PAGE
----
Message made material | Midland Express

Fryerston muso and colourist Simon Robins along with HALT’s Jeremy Forbes and Jem Moloney sport the new series of guest artist t-shirts intended to raise awareness about mental health. Photo: Eve Agneau

Helping raise awareness about maintaining mental health is an issue close to Simon Robins’ heart.

“I lost a few friends in the music scene who committed suicide during the pandemic,” said the Fryerstown-based singer in thrash band Pissbolt.

Also renowned as a comic book colourist, Robins didn’t hesitate when contacted by HALT, a Castlemaine-based suicide prevention charity, to add his creative talents to a new wearable mental health initiative.

Launching their new guest artist series, HALT (Hope Assistance Local Tradies) invited Robins to team up with Ray Ahn, bassist and illustrator of legendary Sydney punk band The Hard-Ons, to produce a series of captivating T-shirts. .

Ahn did the design and Robins took care of the color of the group style t-shirts aimed at raising mental health awareness with tradies, musos and other artists in mind.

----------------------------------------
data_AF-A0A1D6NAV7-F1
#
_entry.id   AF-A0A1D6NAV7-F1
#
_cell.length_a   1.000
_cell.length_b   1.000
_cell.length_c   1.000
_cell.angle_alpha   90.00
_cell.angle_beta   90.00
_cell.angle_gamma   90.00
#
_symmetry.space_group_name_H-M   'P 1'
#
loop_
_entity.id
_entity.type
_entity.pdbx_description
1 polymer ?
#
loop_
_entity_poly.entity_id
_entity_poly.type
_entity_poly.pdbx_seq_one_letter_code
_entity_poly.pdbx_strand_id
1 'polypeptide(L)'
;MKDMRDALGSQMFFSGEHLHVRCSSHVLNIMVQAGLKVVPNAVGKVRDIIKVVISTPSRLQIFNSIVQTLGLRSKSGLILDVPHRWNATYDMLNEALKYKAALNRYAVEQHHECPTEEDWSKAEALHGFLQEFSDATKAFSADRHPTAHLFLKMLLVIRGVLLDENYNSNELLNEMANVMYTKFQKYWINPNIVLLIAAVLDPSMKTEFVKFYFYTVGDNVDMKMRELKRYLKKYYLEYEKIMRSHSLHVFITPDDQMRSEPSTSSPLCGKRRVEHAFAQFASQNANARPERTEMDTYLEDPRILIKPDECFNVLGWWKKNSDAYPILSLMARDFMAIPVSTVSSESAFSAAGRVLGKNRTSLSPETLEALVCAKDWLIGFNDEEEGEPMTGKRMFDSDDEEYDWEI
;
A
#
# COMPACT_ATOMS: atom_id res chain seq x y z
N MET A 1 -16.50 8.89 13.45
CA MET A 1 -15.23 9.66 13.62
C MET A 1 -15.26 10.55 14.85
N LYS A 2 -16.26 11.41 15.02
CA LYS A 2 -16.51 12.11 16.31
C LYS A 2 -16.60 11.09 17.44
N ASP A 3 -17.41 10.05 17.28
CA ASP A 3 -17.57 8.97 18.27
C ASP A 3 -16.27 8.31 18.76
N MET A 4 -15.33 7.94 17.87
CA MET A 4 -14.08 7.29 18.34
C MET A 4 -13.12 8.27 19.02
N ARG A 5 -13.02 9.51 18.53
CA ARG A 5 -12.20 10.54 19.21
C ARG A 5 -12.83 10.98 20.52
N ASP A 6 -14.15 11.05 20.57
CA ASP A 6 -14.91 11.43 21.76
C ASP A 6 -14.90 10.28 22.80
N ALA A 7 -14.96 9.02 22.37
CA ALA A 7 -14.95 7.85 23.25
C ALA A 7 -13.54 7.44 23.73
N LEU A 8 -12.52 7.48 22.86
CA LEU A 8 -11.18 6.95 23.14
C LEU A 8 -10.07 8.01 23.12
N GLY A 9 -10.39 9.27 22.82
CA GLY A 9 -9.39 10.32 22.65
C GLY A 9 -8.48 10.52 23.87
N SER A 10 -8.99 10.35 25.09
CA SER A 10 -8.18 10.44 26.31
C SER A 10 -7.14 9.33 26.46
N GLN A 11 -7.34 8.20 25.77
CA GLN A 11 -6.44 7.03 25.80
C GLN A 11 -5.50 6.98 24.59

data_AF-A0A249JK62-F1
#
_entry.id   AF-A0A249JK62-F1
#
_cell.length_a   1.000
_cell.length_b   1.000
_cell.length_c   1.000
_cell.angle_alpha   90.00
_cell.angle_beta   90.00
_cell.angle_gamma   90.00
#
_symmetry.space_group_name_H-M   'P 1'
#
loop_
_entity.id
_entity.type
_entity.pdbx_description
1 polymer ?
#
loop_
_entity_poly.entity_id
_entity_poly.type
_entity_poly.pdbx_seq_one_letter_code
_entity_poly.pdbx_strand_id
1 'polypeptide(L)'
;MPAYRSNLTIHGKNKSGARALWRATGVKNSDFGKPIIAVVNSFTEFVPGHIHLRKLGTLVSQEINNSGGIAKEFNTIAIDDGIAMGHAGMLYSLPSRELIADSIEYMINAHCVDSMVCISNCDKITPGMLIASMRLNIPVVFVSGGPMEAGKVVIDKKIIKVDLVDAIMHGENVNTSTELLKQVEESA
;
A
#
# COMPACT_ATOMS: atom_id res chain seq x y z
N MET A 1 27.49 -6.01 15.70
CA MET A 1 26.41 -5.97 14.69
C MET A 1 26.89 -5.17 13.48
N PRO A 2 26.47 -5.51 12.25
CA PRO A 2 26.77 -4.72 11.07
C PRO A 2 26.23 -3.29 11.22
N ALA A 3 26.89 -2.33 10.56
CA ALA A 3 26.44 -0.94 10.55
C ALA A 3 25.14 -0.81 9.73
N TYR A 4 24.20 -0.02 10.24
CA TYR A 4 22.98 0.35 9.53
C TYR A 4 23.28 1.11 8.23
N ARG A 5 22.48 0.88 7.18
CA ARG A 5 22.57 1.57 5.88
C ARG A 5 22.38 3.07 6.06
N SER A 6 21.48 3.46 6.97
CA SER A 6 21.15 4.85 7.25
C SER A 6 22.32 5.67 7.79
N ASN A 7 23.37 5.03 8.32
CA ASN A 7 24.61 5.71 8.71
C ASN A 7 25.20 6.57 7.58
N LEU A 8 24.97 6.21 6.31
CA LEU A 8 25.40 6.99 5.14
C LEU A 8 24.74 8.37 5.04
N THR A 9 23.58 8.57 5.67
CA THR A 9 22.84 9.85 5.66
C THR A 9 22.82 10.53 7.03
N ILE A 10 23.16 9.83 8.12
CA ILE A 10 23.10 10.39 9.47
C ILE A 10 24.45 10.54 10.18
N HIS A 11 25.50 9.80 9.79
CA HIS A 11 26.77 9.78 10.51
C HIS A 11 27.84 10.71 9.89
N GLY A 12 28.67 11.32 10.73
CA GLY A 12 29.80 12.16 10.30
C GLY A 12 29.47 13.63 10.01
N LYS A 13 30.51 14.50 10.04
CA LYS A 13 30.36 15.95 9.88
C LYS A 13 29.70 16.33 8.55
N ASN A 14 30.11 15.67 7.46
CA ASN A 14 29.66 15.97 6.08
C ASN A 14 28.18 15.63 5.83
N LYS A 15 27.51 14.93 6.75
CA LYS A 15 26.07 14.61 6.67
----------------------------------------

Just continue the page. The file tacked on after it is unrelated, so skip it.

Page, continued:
“Doing this was a no-brainer,” Robins told the Midland Express.
“It’s something that is close to my heart and unfortunately it’s something we all have to deal with. “

Jem Moloney of HALT said bringing the art world and the world of tradition together for the project was particularly rewarding.

“Suicide and the stigma surrounding mental health issues affect both of these worlds,” Jem said.

“Artists often work in trades alongside their artistic practice, and the mental health issues of the traditional community, including depression, anxiety and substance abuse, resonate in the art world.

“As someone who has worked in traditional jobs and in the arts, it was great to bring these two worlds together for this project.

“I hope this project can help stimulate conversations around mental health. And they just look really cool.

HALT is a suicide prevention charity that promotes mental health awareness among blue collar workers.

Moloney believes the humble tee is an often overlooked art form, but provides a perfect canvas for artists like Robins and Ahn to interpret the HALT message.

“While you won’t see group shirts at the National Gallery, you will see them on all the streets, and that’s usually where HALT promotes mental health,” he said.

“By wearing one of these t-shirts, you will not only look great, you will also encourage difficult conversations in your community. “
HALT is a registered charity and those who wish to purchase a t-shirt can do so at

Anyone needing immediate assistance should call Lifeline on 13 11 14.

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